In the past, conflict in Colombia has generated a lot of bad press and discouraged travel to Colombia. All of that has changed and is continuing to change for the better. The introduction of the democratic security and defense policy by former president Alvaro Uribe Velez has proven invaluable in the renewed growth of Colombia’s tourism sector. In fact, international tourism arrivals have grown at an average annual rate of about 10% since 2002. The truth is that Colombia is home to many unique and exciting attractions, and features numerous cities worth visiting and investing in. Cartagena, Bogota, Medellin, Cali and Barranquilla, all offer fantastic tourism experiences.
Colombia is home to no less than eight United Nations world heritage sites, including the entire resort city of Cartagena. Cartagena was founded in 1533 by the Spanish commander Pedro de Heredia and has a rich history, which is reflected in the culture, architecture, and tourist attractions. Nicknamed the ‘door of the Americas’, Cartagena is affordable, exciting and has some of the best coastlines in the world.
The capital city of Colombia, Bogotá, is the largest city in the country and one of the thirty largest cities in the world. With a population of about 7 million, Bogotá is often referred to as the Athens of South America. The region offers visitors everything they expect from a major city: a fantastic range of food options, access to amenities, plenty of shopping, and endless entertainment.
With its very rich and varied geography, which includes the Amazon and Andean regions, the llanos, both the Caribbean and Pacific coasts, and the deserts of La Guajira, Colombia has major potential for ecotourism. Colombia has coastline, mountainous areas, tropical jungles, waterfalls and volcanoes.
Colombia is experiencing an economic boom and is about to explode with opportunity. On May 1st, 2012 President Juan Manuel Santos announced that since 2010, Colombia has created over 1.5 million jobs and plans to continue the growth by adding another 1 million jobs before the end of his term. This would still leave Colombia with an unemployment rate of about 9-10%, but that means that affordable labor will continue to be an important economic factor in Colombia. The mixture of renewed confidence in public security, cheap labor, and an underdeveloped tourist industry is a recipe for extreme growth in tourism for the country.
A similar situation took place in Brazil during and after 2008, when the rest of the world was suffering an economic meltdown. Although Brazil is a much larger country in terms of size and population, the two countries share a similar history, geography, and economic environment. Brazil was quick to renew focus on security, attract foreigners, and encourage external investment. While Colombia had to deal with more extreme safety threats, most would agree that the worst of it is over and there has been steady improvement over the last 5 years.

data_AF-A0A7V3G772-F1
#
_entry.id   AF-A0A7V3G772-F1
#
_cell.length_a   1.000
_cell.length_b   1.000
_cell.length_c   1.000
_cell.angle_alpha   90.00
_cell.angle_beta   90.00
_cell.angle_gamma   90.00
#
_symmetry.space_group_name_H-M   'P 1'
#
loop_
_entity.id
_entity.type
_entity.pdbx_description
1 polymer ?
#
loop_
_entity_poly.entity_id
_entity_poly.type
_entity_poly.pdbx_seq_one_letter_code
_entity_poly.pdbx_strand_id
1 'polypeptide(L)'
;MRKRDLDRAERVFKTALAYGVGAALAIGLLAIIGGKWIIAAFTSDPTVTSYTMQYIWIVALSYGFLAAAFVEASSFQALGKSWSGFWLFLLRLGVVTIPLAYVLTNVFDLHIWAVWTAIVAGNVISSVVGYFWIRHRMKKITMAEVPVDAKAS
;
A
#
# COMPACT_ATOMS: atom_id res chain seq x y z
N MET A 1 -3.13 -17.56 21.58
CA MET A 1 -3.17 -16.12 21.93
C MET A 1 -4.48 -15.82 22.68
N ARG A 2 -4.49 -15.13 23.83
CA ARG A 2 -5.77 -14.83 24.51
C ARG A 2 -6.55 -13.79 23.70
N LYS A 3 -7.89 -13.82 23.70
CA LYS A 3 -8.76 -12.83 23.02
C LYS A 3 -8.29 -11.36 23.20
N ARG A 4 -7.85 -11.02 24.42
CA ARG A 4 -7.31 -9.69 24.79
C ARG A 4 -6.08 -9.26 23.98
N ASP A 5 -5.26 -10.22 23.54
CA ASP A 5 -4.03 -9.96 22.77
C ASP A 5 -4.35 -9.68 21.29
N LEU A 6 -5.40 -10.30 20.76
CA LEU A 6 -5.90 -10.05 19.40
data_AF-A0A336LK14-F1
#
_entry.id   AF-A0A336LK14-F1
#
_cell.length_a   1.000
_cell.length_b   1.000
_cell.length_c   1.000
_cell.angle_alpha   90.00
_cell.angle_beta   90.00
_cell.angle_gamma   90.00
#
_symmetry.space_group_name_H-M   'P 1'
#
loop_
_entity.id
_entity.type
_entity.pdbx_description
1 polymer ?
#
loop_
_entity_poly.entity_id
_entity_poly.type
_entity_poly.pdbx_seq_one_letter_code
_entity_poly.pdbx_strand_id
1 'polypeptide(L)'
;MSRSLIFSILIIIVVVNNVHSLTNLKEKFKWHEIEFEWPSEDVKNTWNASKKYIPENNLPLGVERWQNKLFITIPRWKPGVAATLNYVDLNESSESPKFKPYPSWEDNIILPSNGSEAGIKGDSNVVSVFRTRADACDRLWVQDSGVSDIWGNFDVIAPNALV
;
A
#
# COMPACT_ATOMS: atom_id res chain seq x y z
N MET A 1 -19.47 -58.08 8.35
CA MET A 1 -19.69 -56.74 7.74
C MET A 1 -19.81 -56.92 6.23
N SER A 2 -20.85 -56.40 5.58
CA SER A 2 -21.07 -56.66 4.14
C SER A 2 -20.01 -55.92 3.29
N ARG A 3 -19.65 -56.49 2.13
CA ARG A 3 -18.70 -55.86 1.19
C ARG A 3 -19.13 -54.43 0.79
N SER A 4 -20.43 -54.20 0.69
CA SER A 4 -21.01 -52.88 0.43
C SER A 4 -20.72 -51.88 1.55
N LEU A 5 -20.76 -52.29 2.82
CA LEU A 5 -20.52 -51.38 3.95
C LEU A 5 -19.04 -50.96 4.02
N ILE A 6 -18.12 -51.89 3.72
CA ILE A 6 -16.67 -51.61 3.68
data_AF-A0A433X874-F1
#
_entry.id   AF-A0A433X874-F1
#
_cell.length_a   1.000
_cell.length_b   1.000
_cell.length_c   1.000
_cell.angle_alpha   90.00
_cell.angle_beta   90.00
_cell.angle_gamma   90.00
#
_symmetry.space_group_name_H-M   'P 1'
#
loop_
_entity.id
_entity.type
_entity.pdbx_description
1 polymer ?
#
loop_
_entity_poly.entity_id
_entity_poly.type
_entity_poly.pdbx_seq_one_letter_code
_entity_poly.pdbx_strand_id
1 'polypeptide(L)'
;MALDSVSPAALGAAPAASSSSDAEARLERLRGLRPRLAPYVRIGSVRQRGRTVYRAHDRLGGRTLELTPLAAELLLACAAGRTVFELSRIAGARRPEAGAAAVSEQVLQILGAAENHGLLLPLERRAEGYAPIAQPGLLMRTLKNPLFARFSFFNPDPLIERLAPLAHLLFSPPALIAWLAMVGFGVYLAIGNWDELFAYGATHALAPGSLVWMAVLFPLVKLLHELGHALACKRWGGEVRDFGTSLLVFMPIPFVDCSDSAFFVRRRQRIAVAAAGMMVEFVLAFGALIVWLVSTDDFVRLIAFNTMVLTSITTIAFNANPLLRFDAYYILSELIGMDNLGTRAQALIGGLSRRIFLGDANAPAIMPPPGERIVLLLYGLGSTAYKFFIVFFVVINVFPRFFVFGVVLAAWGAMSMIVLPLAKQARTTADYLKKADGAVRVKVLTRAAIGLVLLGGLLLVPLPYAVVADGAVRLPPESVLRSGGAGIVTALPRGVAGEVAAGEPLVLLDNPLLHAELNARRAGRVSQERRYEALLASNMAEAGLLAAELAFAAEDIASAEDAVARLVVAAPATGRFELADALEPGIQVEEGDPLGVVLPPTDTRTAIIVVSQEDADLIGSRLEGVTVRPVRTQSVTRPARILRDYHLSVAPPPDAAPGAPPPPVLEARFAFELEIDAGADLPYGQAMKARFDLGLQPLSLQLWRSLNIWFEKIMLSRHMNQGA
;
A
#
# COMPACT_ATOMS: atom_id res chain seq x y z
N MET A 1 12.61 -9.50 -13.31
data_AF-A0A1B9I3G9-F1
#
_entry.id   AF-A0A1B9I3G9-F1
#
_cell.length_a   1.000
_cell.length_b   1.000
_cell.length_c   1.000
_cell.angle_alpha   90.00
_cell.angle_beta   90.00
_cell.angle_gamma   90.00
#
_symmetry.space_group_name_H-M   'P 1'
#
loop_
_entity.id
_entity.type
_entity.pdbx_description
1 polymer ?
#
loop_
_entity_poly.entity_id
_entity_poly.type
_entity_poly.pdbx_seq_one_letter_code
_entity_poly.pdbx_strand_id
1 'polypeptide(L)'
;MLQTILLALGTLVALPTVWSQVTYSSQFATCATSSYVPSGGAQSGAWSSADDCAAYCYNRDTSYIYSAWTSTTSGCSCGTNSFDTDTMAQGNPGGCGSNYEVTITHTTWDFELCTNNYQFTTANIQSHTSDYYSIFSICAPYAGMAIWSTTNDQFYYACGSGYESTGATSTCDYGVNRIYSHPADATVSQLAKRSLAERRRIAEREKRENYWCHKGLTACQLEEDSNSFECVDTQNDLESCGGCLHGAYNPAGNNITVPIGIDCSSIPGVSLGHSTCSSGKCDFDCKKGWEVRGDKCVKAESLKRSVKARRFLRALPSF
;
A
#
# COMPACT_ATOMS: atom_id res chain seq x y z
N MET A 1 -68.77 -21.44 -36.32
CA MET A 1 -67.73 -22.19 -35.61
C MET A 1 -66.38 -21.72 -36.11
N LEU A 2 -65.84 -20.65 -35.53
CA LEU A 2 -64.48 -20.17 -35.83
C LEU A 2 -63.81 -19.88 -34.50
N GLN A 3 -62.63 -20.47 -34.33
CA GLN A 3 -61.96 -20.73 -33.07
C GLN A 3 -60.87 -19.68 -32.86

One example of recent success is the Hacienda Napoles theme park, built by the Colombian state on a former ranch seized from the infamous drug lord Pablo Escobar. Today the resort offers 5 star accommodations at the hotel Casablanca, a wide range of eco-tourist activities, and has generated hundreds of jobs in the region.
In March 2011 Standard and Poor’s raised Colombia’s credit rating to investment grade. While it would be prudent to take steps to ensure your legal and financial security by hiring an attorney familiar with Colombian investments, the early bird will get the worm! If you don’t know where to start, here are two top places worth checking out:
A city perched on a beautiful Caribbean bay; Santa Marta is an important cultural and historical tourist destination. Proximity to the Sierra Nevada de Santa Marta and Tayrona National Park make the city a nature tourism destination without equal. Santa Marta has a population of approximately 450,000. Featuring a booming tourism industry, great beaches, and perfect opportunities for adventure, Santa Marta has a couple of exciting attributes that would make any savvy investor’s mouth water. Santa Marta is highly under-developed relative to similar regions in Columbia. There are numerous proof-of-concepts just waiting to be applied in the ecotourism, hotel, and resort industries. The most interesting part about investing in Santa Marta is the complete lack of international brand presence. Simply offering familiar products to international tourists would be a license to print money in Santa Marta.
Also completely devoid of international brand presence, the Coffee Triangle is a central region consisting of the departments of Caldas, Quindío, and Risaralda, and is known for producing the best coffee in the world. Approximately 1.1 million people live in the Coffee Triangle. This could be the ideal place to invest for someone looking to open a small resort, bed and breakfast, or coffee shop. Because of the coffee trade and size of the commercial sector, there are many opportunities that appeal to business travelers.
To summarize, the emerging markets of Latin America have been one of the most exciting investment areas since the new millennium, with new funds and new ways to invest popping up all the time. There is no doubt that huge gains await investors that can find the right emerging market investment at the right time. As an active investor, taking advantage of Colombia’s tourist sector can be promising. Tourism in Colombia is still very much in its infancy, and now is one of the best times to get in on the opportunities that await investors for tourism.
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